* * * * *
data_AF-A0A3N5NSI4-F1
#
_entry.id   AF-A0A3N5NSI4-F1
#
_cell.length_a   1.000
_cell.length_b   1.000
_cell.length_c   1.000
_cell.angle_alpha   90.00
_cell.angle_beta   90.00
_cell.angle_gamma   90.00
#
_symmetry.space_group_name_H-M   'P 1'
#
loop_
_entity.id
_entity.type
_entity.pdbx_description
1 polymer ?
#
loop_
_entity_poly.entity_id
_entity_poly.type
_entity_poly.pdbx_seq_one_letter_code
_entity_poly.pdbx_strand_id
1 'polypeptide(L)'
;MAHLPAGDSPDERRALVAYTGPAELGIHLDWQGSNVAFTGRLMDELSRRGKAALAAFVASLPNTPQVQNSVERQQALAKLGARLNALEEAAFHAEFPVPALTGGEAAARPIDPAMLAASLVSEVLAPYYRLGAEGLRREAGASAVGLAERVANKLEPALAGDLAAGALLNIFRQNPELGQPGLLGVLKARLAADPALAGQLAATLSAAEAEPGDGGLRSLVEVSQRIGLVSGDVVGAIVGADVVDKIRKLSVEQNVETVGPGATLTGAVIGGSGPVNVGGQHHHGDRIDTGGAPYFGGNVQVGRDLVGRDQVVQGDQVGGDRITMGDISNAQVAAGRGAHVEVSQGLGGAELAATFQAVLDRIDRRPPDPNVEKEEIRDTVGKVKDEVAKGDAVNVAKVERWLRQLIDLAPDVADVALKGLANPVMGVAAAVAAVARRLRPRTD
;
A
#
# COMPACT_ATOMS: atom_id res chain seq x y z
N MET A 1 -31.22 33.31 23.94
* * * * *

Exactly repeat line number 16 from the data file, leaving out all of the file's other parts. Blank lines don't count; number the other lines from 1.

_entity.type